Romance Novelist Who Wrote The Wrong Husband, Then Allegedly Killed Spouse, Is Sued by Stepson
Nancy Crampton-Brophy is accused of killing her chef husband in June 2018
An Oregon romance novelist who allegedly murdered her husband last June is being sued for $1.7 million by the slain man’s son.
The wrongful death lawsuit against Nancy Crampton-Brophy filed by her stepson Nathaniel Stillwater claims the novelist “murdered and/or conspired with others” in the death of his father, well-known chef Dan Brophy.
“He doesn’t have any doubts she is responsible,” Christine S. Mascal, the attorney for Stillwater, tells PEOPLE.
According to the lawsuit, which was filed in Multnomah County Circuit Court Tuesday, Stillwater, as a personal representative of his father’s estate, is asking for $200,000 for his father’s pain and suffering; $500,000 for losses; and $1 million for Stillwater’s loss of his father.
On the morning of June 2, Dan, an instructor at the Oregon Culinary Institute, was found fatally wounded by his students at the institute. According to the lawsuit, he died from multiple gunshot wounds.
The day after his death, Nancy, a self-published romance novelist of such books as “The Wrong Husband” who sold Medicare and life insurance policies, took to Facebook to express her grief.
“For those of you who are close to me and feel this deserved a phone call, you are right, but I’m struggling to make sense of everything right now,” she wrote.
The couple seemed to have the perfect life. They lived near Portland, where they raised chickens and tended to a large vegetable garden. Dan’s fondness for his wife was evident in his classroom where he’d affectionately refer to her as “management.”
“She was the love of his life,” Dan’s former student Travis Richartz told PEOPLE.
The affection appeared mutual. On her website, Nancy described her marriage as having “ups and downs” but “more good times than bad.”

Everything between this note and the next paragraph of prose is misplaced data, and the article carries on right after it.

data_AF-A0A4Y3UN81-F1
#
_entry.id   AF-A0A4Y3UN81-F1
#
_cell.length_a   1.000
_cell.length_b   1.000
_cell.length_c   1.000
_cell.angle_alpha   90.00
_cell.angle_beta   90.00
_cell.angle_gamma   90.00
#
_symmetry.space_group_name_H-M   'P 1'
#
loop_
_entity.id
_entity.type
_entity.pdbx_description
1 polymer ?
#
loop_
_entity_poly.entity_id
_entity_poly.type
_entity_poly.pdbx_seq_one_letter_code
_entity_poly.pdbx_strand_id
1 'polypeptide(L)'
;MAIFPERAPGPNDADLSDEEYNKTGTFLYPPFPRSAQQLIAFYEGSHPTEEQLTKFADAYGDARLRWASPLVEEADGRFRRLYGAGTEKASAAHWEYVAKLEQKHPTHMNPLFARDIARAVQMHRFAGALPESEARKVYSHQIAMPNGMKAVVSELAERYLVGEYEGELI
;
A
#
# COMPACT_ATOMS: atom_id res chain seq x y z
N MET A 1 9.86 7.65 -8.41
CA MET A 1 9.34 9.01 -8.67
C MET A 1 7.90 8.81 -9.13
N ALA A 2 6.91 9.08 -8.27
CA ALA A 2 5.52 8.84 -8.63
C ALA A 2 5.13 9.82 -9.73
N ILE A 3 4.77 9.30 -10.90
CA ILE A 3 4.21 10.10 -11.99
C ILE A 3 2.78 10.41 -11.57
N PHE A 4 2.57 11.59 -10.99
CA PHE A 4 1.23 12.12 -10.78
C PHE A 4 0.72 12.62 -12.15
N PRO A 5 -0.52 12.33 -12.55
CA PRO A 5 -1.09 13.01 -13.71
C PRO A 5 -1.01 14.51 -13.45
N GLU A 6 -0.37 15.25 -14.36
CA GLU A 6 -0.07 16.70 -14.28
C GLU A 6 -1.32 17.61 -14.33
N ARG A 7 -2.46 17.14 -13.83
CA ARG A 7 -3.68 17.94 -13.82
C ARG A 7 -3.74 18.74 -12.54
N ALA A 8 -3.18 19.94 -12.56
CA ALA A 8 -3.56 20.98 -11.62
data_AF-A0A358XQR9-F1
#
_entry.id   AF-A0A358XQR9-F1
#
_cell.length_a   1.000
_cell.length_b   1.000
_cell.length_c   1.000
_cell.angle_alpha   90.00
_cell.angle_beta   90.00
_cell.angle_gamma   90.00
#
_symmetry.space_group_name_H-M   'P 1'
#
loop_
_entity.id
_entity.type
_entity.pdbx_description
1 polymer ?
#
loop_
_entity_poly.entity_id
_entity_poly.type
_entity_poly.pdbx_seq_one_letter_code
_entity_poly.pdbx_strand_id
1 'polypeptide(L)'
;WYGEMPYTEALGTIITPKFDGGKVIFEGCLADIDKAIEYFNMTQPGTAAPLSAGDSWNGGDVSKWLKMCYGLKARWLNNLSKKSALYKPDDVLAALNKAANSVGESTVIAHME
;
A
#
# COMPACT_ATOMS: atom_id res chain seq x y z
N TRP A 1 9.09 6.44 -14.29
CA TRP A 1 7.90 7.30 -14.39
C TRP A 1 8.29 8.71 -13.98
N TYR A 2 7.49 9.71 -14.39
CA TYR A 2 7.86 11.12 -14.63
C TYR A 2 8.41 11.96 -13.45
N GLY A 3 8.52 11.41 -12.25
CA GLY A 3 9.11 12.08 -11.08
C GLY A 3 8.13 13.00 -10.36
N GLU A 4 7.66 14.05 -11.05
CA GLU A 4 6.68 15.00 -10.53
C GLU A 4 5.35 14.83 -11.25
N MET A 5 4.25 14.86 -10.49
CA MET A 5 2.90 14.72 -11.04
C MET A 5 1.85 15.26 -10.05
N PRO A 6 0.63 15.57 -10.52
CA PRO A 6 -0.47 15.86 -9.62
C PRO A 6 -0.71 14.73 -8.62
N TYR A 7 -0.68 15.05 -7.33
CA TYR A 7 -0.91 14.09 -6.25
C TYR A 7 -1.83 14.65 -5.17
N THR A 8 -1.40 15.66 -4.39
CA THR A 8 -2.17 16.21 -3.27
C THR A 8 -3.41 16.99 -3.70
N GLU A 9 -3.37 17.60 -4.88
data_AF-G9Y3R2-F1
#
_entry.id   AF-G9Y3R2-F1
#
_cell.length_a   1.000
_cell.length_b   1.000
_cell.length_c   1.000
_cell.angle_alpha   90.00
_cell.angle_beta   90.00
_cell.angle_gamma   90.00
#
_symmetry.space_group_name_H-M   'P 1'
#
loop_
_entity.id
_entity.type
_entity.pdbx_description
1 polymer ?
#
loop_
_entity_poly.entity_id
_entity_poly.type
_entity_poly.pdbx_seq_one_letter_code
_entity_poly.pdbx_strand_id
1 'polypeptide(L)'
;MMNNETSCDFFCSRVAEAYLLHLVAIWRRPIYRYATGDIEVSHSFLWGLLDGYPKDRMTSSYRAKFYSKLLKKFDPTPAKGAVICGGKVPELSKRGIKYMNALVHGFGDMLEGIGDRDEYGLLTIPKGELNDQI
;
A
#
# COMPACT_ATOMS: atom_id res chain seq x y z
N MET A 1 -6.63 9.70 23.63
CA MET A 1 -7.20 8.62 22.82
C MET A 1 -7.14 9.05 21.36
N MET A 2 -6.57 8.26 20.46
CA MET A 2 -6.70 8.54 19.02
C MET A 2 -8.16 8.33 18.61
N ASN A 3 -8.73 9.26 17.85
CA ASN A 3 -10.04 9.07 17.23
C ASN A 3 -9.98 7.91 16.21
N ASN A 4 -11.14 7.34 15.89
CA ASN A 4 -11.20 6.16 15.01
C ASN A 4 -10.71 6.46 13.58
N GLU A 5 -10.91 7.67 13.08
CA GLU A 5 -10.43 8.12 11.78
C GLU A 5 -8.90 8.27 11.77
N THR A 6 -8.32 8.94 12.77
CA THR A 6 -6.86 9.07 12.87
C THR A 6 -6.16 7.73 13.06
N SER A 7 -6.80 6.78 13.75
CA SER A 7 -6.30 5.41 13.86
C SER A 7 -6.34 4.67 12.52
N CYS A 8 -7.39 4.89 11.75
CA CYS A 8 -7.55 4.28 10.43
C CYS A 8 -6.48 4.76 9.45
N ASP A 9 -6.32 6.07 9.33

“I can’t tell you when I fell in love with my husband, but I [can] relate the moment I decided to marry him. I was in the bath. It was a big tub. I expected him to join me and when he was delayed, I called out, ‘Are you coming?’ ” she wrote.
“His answer convinced me he was Mr. Right. ‘Yes, but I’m making hors d’oeuvres.’ Can you imagine spending the rest of your life without a man like that?”
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Those who knew Dan — who was also a mushroom expert — wondered how anyone could harbor animosity against him.
“I was in complete shock,” Dan’s student Madison Amburgy told PEOPLE.
Not only was Dan known for his kitchen prowess and generosity with the local homeless community, he also possessed a dry wit and was known for his “Brophyisms” and other quirks — like making students wear oven mitts when they neglected to wash their hands, or making them wear a sombrero or clown hat if they forgot their chef’s hats.
“He had a closet full of different hats and jackets, and wacky cow outfits that you would velcro the parts of the cow onto,” Richartz said. “He was just that guy that you showed up to his class, kinda never knowing what to expect. He was always a guy to keep you on your toes.”
But, in September, in a twist befitting her own romantic mystery novels, Nancy was charged with murder in Dan’s death. Authorities allege she used a 9mm handgun to commit the crime.
However, authorities have not revealed a motive or evidence in the case and they have not disclosed details on how they believe the crime occurred.
Nancy has pleaded not guilty and remains held without bail at the Multnomah County jail. Her attorney could not be reached for comment.
It was not clear if she has retained counsel for the civil case against her.